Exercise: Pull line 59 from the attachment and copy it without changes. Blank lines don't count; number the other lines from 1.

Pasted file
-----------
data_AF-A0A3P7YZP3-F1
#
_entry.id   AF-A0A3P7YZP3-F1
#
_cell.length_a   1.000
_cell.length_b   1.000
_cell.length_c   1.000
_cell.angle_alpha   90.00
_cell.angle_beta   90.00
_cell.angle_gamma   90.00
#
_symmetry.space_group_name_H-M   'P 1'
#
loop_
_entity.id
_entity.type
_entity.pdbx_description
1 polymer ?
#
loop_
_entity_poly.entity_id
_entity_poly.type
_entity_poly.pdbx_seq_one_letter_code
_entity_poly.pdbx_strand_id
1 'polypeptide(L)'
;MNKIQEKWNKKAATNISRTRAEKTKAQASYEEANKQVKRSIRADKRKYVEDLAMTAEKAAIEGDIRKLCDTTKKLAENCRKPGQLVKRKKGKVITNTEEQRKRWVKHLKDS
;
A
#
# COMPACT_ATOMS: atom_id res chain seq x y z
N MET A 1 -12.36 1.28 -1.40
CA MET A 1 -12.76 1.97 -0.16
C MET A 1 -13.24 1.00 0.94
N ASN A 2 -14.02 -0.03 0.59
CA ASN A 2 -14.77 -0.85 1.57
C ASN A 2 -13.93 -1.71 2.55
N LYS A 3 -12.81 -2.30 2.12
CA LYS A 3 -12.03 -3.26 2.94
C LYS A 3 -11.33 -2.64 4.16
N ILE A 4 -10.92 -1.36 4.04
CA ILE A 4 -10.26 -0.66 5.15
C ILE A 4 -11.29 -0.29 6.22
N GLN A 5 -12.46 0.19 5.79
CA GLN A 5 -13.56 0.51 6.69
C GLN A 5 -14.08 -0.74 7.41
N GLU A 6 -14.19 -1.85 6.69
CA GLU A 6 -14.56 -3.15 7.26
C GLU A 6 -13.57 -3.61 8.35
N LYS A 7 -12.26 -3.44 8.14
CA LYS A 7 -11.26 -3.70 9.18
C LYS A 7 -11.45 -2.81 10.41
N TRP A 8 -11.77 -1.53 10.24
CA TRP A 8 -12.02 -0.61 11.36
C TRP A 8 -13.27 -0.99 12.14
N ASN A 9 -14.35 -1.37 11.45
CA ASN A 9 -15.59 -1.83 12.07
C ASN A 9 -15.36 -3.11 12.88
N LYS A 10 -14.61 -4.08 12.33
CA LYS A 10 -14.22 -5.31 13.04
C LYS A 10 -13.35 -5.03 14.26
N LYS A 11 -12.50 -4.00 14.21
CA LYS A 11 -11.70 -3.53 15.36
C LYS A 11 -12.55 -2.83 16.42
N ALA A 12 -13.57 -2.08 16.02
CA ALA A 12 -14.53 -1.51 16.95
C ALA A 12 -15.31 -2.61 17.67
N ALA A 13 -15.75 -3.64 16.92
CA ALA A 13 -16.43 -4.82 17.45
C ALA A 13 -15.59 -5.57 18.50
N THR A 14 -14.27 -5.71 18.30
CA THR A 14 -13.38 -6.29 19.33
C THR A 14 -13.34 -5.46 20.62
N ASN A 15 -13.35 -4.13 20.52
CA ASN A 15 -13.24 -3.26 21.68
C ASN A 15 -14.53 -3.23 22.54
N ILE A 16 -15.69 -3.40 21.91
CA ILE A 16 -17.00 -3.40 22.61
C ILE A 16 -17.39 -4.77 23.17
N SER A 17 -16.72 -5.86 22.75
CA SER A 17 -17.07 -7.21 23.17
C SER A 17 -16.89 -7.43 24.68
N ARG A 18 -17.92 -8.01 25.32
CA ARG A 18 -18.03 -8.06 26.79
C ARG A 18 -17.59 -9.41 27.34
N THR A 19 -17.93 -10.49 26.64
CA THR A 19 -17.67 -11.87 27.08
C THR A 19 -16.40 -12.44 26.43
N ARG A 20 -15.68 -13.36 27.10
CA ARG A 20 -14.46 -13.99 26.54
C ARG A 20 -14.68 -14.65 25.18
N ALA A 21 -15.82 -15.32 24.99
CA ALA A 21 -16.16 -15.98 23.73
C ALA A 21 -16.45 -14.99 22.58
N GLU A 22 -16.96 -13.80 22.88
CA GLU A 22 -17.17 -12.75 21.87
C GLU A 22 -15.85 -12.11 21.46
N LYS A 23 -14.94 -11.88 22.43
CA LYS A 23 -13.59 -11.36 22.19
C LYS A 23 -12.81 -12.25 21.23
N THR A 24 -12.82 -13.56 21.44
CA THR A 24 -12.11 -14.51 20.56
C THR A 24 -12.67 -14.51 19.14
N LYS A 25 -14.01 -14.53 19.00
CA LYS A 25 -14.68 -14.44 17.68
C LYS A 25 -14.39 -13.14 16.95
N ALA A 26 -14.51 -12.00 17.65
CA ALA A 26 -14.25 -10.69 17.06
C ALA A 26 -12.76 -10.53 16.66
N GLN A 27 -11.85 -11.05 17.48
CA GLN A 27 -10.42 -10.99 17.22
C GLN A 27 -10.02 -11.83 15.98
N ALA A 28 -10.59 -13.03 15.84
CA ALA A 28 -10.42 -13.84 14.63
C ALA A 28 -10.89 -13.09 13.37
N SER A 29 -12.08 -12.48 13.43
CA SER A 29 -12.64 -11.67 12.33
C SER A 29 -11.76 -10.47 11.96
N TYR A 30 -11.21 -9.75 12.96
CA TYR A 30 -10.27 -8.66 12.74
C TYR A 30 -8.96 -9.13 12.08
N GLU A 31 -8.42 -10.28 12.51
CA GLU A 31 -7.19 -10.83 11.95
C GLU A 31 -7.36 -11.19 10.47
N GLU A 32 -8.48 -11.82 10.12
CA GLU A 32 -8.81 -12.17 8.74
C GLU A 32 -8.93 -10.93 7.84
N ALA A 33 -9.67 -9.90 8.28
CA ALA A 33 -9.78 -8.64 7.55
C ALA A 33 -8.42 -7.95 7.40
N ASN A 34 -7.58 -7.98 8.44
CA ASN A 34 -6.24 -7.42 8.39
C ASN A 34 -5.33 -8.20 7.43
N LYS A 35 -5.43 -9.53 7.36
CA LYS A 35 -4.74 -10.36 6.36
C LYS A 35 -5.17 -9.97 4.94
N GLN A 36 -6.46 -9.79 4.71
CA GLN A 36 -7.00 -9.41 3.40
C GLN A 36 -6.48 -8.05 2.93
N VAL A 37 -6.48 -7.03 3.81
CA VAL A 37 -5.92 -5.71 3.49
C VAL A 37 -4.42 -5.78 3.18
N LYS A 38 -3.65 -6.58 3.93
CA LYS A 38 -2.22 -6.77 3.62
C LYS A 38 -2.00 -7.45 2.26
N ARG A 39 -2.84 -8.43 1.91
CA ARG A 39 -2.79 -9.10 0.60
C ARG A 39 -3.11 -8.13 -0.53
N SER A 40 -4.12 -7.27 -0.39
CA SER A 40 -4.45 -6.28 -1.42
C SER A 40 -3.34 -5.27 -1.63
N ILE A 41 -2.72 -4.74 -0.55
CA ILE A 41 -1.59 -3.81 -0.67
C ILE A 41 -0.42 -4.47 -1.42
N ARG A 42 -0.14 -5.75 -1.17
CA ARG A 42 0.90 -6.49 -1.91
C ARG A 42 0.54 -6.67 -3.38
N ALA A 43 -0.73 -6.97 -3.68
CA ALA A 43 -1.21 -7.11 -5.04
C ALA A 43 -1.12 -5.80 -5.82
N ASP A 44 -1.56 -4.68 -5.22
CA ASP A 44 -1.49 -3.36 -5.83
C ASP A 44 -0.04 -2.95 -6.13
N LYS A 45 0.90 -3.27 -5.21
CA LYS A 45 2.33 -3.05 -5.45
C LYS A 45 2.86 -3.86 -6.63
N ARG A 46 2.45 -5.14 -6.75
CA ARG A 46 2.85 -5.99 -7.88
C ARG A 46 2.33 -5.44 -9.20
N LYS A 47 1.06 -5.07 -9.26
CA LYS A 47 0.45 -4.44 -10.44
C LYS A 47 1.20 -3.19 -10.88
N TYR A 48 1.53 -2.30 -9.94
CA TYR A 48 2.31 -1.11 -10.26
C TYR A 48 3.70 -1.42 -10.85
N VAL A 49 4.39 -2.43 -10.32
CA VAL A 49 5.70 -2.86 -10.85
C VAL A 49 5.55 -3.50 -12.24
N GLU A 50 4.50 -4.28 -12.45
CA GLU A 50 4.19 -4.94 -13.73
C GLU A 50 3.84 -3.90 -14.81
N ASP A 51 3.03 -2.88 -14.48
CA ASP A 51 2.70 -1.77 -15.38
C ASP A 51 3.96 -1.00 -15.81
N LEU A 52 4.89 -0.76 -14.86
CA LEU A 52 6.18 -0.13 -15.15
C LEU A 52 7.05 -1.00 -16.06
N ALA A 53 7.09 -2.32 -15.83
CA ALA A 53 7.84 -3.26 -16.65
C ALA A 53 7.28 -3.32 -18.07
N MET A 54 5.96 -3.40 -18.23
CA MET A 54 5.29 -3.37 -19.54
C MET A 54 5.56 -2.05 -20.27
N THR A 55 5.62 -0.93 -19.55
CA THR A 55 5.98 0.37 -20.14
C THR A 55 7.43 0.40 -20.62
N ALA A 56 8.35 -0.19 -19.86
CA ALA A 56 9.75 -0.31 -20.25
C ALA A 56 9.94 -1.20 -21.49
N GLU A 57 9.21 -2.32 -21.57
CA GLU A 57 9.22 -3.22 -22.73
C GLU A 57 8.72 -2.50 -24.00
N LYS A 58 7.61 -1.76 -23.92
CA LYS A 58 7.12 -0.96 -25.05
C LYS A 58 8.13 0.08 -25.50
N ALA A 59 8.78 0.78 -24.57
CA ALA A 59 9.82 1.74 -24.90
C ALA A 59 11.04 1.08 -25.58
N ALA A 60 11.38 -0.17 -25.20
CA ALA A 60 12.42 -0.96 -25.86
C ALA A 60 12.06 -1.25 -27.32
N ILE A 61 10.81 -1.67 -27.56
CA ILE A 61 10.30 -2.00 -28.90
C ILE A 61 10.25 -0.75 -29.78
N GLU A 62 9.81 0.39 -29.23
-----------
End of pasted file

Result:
CA LYS A 10 -14.22 -5.31 13.04